Friday, April 5, 2013

R.I.P. Roger Ebert

Ever since yesterday when I learned of Roger Ebert's passing I have been thinking of what I wanted to say about him. I mean there are better written tributes going on all over the place. For better or worse, depending on your point of view, if you are interested in movies at all you have run into Roger Ebert. I think I could say without exaggeration that the two people who most influenced my love of movies were my Dad and Roger Ebert, and it's funny because they two seemed so entwined for so long. I remember Saturday nights, I forget if it was right before or right after The Muppet Show, my Dad would always catch whatever iteration of Siskel and Ebert was on, and he would write down on a yellow legal pad whatever movies they were talking about and he would two columns: one for Siskel and one for Ebert down the middle of the pad. And as they gave the thumbs up or thumbs down, he would write Yes or No. I wonder if he still has those legal pads anywhere? He really kept track of these things back in the day, much to my detriment sometimes so he actually knew about stuff and I would have to sneak things I know hew would disapprove of but that's for another time. I remember though that my Dad always trusted Ebert's opinion more, the well spoken, everyman critic that was the absolute best at conveying his love of film, both high and low. It was funny because I felt like my Dad thought Siskel (r.i.p.) was this uppity Ivy Leaguer and Ebert was waaaay more down to Earth, which was probably true. I know for a fact that in other ways they would have disagreed, especially on politics, but he always trusted him the most, just like a lot of us did.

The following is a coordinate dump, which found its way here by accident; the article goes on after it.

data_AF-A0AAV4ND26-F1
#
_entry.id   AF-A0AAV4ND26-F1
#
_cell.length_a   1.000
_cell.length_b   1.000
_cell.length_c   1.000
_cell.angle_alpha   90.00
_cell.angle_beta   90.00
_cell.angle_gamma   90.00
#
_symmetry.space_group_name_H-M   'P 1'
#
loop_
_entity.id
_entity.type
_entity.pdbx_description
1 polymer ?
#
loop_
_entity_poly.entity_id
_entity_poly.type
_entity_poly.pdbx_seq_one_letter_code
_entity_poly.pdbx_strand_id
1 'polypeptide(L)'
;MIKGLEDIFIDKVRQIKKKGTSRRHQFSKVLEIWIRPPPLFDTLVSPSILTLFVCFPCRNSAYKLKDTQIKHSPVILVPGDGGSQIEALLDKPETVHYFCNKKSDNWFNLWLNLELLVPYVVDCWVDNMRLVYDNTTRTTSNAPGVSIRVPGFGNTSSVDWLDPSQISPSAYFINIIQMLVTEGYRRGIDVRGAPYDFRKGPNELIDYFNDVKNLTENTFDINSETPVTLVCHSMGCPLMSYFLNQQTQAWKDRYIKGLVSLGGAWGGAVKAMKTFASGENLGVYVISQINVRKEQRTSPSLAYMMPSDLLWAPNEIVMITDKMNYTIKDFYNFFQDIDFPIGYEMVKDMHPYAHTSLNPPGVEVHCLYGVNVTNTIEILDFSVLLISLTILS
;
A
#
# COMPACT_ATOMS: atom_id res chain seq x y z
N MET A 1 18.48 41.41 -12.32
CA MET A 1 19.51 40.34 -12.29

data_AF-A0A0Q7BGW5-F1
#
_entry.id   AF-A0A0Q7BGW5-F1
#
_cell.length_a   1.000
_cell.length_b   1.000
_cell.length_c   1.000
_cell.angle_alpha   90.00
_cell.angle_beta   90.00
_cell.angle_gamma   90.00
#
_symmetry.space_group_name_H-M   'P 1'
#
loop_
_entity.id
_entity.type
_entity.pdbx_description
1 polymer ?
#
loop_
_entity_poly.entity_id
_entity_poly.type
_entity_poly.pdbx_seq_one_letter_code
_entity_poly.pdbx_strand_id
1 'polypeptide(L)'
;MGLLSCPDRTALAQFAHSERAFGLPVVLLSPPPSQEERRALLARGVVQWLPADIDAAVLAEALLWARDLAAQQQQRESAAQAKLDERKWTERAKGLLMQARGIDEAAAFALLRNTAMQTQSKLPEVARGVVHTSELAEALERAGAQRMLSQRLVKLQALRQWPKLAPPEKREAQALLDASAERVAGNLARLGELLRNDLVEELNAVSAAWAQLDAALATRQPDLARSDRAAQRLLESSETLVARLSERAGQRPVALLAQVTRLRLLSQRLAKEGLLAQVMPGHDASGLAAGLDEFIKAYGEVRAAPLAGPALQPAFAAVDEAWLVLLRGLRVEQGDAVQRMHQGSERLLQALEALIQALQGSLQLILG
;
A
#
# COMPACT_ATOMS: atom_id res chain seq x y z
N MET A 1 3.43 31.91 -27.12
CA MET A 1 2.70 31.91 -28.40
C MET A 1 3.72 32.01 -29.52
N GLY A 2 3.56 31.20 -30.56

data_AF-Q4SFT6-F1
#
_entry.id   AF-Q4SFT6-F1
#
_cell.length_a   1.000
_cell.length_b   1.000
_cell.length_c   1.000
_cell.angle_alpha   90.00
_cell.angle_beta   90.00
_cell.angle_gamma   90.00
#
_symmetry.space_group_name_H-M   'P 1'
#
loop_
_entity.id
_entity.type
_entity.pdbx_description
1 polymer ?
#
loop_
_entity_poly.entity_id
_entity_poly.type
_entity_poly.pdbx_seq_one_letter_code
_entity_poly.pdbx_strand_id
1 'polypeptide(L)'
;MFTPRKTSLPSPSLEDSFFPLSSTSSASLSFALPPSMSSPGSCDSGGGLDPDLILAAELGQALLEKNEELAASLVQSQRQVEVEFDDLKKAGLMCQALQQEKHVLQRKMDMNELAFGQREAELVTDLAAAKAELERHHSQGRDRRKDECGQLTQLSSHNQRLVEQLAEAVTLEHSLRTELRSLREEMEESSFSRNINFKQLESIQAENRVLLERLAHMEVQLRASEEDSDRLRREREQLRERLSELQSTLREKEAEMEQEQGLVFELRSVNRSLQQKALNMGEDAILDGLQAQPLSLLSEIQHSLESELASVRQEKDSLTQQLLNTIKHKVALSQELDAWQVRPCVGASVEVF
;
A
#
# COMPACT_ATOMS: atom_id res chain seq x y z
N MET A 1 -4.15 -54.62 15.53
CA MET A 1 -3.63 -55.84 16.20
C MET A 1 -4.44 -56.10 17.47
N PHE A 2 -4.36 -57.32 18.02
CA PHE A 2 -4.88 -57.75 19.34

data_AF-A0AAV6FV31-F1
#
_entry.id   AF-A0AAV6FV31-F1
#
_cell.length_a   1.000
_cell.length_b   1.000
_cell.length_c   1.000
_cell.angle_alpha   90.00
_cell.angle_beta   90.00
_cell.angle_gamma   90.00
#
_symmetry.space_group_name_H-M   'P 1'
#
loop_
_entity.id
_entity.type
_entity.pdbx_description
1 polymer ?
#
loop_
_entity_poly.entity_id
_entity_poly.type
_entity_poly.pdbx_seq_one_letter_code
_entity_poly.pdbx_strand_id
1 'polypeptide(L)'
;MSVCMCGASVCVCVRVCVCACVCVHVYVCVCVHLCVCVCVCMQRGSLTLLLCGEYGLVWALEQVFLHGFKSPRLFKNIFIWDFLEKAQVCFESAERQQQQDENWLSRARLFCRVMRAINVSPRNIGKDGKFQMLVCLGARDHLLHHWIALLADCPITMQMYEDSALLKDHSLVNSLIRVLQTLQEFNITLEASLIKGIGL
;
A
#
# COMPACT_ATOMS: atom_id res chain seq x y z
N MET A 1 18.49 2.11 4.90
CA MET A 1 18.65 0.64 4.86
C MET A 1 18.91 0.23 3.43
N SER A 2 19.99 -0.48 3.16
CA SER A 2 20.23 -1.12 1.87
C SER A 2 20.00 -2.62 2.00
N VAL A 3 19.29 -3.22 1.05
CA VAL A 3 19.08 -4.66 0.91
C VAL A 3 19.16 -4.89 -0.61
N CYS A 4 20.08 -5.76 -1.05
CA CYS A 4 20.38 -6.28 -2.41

Almost to a person, particularly people that have become actual, professional movie critics, they always point Roger Ebert's old movie guides as being a singular influence for them and I have to agree. This was a regular gift under the Christmas tree for me as he updated them every year. I mean, not only was Ebert accessible while still being really smart, but it was through his movie guides (which I read and re-read) where he introduced you stuff that you would never come in contact with, particularly at that age, where he would write about like The Floating Weeds or La Dolce Vita, or Aguirre, The Wrath Of God, just stuff that was SO beyond my canon. He opened up all these new worlds that would have never just been available to a kid living in Westerly, RI. His writing was beautiful but accessible, and so was his enthusiasm for film, he was there holding our hands as budding film buffs. Plus I mean you hardly come across someone who was in actuality an actual good person. I highly recommend, obviously, reading any of his stuff, his "Great Movies" or even his awesome autobiography. We'll definitely miss you, Roger.


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